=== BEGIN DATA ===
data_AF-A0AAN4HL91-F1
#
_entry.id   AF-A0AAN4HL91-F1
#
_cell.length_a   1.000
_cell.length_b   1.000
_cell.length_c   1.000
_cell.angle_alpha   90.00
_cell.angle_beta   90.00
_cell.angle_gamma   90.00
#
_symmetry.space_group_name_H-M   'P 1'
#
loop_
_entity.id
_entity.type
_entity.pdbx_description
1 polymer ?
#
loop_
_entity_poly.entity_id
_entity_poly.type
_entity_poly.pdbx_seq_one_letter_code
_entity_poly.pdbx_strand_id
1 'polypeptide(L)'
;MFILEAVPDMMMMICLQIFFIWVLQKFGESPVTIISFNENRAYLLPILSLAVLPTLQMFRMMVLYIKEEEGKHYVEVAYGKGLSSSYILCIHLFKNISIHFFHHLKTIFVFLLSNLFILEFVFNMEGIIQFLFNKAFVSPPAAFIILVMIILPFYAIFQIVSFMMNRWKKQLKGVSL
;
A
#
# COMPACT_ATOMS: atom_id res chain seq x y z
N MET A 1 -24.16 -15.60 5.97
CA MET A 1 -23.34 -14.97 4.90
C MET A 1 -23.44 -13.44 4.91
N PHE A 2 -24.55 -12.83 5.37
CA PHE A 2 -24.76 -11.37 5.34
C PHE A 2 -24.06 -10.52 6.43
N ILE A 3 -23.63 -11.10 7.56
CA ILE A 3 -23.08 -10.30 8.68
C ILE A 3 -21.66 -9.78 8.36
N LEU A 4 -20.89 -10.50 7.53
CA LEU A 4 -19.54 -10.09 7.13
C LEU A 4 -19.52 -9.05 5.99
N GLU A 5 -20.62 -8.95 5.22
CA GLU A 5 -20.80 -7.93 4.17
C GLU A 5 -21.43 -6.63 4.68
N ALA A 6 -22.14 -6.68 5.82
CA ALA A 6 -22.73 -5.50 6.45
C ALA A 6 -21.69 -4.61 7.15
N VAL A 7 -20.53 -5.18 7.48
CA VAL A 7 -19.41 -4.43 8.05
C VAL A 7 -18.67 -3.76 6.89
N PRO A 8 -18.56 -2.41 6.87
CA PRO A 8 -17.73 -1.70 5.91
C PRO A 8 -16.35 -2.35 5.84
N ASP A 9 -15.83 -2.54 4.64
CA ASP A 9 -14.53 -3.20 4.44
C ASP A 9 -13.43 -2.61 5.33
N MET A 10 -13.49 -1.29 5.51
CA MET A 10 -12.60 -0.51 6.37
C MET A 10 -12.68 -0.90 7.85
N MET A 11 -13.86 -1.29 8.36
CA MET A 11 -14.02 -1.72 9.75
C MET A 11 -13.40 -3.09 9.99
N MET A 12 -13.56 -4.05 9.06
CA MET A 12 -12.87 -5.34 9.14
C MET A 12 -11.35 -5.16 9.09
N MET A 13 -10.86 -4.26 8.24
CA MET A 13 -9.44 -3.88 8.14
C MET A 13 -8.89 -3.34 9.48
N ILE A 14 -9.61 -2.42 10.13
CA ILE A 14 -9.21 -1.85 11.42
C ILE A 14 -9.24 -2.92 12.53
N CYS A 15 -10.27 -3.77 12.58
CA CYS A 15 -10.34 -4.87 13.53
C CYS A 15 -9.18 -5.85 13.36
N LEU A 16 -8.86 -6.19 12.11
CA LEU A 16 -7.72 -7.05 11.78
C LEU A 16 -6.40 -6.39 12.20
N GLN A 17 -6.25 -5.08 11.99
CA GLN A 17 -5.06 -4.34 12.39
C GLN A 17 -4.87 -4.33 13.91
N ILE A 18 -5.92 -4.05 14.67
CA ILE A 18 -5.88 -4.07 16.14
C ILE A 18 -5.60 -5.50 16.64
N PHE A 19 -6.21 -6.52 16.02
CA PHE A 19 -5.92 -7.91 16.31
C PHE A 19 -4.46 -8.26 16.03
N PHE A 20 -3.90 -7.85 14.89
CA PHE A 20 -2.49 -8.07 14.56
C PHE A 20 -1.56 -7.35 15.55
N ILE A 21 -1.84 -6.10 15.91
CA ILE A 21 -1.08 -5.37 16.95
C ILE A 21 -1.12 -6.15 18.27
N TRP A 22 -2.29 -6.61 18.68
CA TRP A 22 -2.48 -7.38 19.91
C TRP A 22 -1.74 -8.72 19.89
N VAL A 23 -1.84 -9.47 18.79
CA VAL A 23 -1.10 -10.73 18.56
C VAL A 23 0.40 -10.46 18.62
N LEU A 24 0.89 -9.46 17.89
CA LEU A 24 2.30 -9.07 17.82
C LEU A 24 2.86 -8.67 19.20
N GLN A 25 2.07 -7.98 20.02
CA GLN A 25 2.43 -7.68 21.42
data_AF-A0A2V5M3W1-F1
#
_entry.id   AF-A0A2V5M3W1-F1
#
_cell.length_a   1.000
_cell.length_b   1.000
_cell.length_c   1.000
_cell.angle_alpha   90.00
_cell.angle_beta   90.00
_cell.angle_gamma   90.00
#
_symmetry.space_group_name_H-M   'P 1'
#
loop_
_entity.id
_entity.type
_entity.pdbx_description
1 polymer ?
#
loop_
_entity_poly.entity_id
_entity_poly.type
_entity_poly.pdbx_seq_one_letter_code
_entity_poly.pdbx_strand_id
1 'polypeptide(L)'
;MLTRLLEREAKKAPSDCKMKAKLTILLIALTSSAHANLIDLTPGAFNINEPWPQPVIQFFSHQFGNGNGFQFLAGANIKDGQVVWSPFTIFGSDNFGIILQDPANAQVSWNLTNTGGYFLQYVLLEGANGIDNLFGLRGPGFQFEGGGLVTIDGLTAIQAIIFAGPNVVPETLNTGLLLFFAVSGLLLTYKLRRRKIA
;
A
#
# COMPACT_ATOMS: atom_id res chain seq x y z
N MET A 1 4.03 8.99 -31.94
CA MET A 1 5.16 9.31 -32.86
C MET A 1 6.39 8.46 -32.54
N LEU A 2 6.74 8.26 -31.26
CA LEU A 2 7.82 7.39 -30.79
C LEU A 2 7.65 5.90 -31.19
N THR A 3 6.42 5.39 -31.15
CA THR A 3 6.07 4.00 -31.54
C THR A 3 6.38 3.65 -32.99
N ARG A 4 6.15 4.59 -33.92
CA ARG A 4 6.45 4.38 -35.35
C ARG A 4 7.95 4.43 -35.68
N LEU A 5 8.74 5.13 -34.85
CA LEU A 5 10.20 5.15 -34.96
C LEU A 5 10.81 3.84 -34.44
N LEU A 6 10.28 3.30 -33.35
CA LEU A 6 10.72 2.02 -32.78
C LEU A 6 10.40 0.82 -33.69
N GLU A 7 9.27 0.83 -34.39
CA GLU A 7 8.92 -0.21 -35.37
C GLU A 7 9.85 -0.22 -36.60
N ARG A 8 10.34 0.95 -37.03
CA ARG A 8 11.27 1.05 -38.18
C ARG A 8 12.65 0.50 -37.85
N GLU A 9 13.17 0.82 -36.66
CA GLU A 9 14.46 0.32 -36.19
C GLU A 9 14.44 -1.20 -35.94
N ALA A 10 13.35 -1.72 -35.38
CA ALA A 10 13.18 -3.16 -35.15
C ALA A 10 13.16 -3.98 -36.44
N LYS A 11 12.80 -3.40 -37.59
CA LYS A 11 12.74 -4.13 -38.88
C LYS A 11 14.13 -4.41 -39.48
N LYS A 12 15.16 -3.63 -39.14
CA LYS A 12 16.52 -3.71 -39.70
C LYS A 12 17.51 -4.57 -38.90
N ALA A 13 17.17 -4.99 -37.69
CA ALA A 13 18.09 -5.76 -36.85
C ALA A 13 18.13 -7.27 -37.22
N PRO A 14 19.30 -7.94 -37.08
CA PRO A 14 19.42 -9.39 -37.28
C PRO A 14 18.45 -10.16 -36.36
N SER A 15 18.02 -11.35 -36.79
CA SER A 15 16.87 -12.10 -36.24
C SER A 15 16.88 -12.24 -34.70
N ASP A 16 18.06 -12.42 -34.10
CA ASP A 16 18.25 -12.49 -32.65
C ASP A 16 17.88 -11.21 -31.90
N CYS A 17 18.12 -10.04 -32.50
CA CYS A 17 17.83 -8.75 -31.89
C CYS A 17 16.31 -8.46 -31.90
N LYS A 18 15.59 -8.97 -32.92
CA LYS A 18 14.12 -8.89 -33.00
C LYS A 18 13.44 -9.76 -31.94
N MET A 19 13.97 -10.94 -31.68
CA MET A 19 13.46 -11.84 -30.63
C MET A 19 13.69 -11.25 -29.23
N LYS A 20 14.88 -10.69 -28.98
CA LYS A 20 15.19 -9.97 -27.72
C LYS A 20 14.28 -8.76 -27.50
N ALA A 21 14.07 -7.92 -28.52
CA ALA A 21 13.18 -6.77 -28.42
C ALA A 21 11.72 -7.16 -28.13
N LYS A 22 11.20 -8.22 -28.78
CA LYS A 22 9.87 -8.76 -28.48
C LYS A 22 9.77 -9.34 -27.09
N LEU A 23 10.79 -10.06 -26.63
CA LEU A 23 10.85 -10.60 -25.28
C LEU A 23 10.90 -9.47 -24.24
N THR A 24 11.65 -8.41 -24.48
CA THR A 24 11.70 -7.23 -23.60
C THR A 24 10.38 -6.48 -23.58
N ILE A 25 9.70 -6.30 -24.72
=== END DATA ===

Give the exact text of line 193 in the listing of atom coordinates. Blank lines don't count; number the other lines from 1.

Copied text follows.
CA LYS A 20 15.19 -9.97 -27.72